Toss a new salad

Lighten up dinner with Sunflower Sprouts Salad, Grilled Chicken on Greens, and more fun takes on the standards

Toss a new salad

Sunflower Sprouts Salad

Annabelle Breakey

If you like the classic dinner salad, try:

Sunflower Sprouts Salad
Our version of the standard green salad is an airy stack of tender butter lettuce leaves with raw and cooked vegetables.

If you like chicken Caesar salad, try:

Grilled Chicken on Greens with Creamy Harissa Dressing
We've breathed new life into sliced chicken on greens with harissa, a fiery Tunisian chile sauce (or paste) laced with coriander, garlic, cumin, and caraway.

If you like seafood salad, try:

Vietnamese Calamari Herb Salad
Fried calamari goes to Vietnam, where seafood (and meats) are often paired with lots and lots of fresh herbs. Here, the intense, fresh flavor of mint, basil, dill, parsley, and cilantro make a clean-tasting counterpoint to the rich, lightly crunchy calamari.

If you like parsley-and-tomato tabbouleh, try:

Minty Tabbouleh with Preserved Lemon
Tabbouleh gets a zingy makeover, thanks to aromatic mint and salty, tangy preserved lemon. Our version complements grilled meats of all sorts.

Dressings you'll keep using:

Sesame Miso Vinaigrette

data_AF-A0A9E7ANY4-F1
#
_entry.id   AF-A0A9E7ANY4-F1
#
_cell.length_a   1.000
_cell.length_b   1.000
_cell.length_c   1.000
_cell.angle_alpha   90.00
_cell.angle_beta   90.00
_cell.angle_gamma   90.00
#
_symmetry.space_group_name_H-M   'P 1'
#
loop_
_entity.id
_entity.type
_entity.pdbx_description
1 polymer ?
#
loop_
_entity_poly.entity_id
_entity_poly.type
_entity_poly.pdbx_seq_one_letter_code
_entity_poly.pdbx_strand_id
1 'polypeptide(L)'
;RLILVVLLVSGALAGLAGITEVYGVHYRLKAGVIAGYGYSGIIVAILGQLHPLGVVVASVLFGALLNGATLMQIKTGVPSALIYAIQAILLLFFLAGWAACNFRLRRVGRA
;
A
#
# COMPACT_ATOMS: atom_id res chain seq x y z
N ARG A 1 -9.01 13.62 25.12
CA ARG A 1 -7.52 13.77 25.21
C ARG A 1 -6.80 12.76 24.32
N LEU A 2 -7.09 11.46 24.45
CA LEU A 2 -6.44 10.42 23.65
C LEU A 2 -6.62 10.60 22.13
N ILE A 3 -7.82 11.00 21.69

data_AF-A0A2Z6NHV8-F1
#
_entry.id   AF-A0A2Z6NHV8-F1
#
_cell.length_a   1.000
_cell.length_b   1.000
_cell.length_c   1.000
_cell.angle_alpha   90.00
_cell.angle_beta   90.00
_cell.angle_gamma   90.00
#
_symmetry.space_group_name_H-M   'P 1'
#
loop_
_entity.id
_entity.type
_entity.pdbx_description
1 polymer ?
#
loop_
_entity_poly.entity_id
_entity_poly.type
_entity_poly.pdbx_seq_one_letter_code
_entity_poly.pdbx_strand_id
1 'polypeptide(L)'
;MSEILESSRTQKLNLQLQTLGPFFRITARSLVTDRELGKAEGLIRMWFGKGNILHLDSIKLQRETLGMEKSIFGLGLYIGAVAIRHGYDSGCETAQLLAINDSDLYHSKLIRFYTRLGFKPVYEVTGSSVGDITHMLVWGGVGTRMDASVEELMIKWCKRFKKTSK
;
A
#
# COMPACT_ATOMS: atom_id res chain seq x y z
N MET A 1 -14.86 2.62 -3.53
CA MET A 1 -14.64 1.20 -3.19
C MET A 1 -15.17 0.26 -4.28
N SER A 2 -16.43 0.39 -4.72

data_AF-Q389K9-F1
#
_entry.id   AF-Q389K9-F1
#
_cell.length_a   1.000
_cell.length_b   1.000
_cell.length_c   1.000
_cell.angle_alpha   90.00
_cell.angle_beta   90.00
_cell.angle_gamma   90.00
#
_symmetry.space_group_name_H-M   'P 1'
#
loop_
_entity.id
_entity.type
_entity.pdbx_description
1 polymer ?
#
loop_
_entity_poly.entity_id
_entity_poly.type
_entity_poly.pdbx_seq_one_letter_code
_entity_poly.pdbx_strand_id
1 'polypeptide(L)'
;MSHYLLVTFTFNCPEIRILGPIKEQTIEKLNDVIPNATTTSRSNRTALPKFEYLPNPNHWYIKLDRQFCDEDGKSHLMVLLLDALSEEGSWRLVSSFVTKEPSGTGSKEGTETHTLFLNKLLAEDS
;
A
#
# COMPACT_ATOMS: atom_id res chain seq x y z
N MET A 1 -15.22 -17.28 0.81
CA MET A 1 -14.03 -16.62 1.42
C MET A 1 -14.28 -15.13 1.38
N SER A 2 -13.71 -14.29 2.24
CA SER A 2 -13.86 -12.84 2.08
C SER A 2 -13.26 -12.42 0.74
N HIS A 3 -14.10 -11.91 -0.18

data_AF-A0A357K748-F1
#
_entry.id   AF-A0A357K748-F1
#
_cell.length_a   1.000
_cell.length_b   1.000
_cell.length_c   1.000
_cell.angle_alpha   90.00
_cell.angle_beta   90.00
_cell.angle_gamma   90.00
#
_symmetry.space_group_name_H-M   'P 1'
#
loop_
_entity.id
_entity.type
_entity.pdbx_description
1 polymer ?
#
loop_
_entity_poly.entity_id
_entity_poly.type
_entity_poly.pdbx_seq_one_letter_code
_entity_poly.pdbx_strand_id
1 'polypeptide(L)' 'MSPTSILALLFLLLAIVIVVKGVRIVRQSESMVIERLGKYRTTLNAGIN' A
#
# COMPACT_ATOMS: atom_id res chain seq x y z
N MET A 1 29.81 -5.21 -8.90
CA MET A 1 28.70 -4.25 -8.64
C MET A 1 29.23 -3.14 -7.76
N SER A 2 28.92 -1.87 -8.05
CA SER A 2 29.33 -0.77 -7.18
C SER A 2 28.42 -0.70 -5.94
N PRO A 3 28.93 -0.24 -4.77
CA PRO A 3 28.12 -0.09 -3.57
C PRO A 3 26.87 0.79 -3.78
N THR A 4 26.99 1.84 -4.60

It's delicious on everything from simple mixed greens to seafood to chicken to noodle salads, and can be used as a marinade too.

Buttermilk Herb Ranch Dressing
Quick and simple, this creamy, tangy dressing holds its own against the commercial kind.

 

PERFECT SALAD, EVERY TIME

The simple, foolproof method for a great tossed salad? Start with one or more ingredients from the first category, then pull some from at least a few of the remaining groups, reducing amounts as you move down the list.

1. Leaves

Actually, you can make a beautiful salad with nothing more than lettuces and herbs. Think about mixing different flavors, shapes, and textures: peppery arugula with mild, tender butter lettuce; crunchy romaine with sturdy parsley. To see whether you'll like a certain combo, taste a shred of each component together first.

2. Vegetables Anything good to eat raw will work: mushrooms, radishes, carrots, green onions, tomatoes, cucumbers, fresh peas. Mix in cooked vegetables for added layers of texture and flavor: white beans, chickpeas, potatoes, sautéed shallots, roasted peppers, artichokes, and beets, for instance.

3. Fruits

Their sweetness and acidity perk a salad right up. Standbys are strawberries, pears, figs, oranges, apples, and persimmons. Dried fruits create little explosions of flavor: slivered apricots, raisins, currants, cranberries, and cherries. And don't forget lemon and lime zests.

4. Rich tastes

Used sparingly, they're the treasures in the pile of green: meats (bacon, prosciutto, sausage, smoked salmon); cheeses (parmesan or pecorino shaved with a vegetable peeler, crumbled blue cheese or feta, soft gobs of chèvre); nuts (toast for best flavor and crunch); and avocados, the butter of the vegetable kingdom.

5. Sour & salty tastes

Like meats, cheeses, and nuts, these should also be used just as accents, since they're so flavorful. Try olives, capers, anchovies, and preserved lemon.

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http://www.sunset.com/food-wine/fast-fresh/toss-new-salad-00400000011287/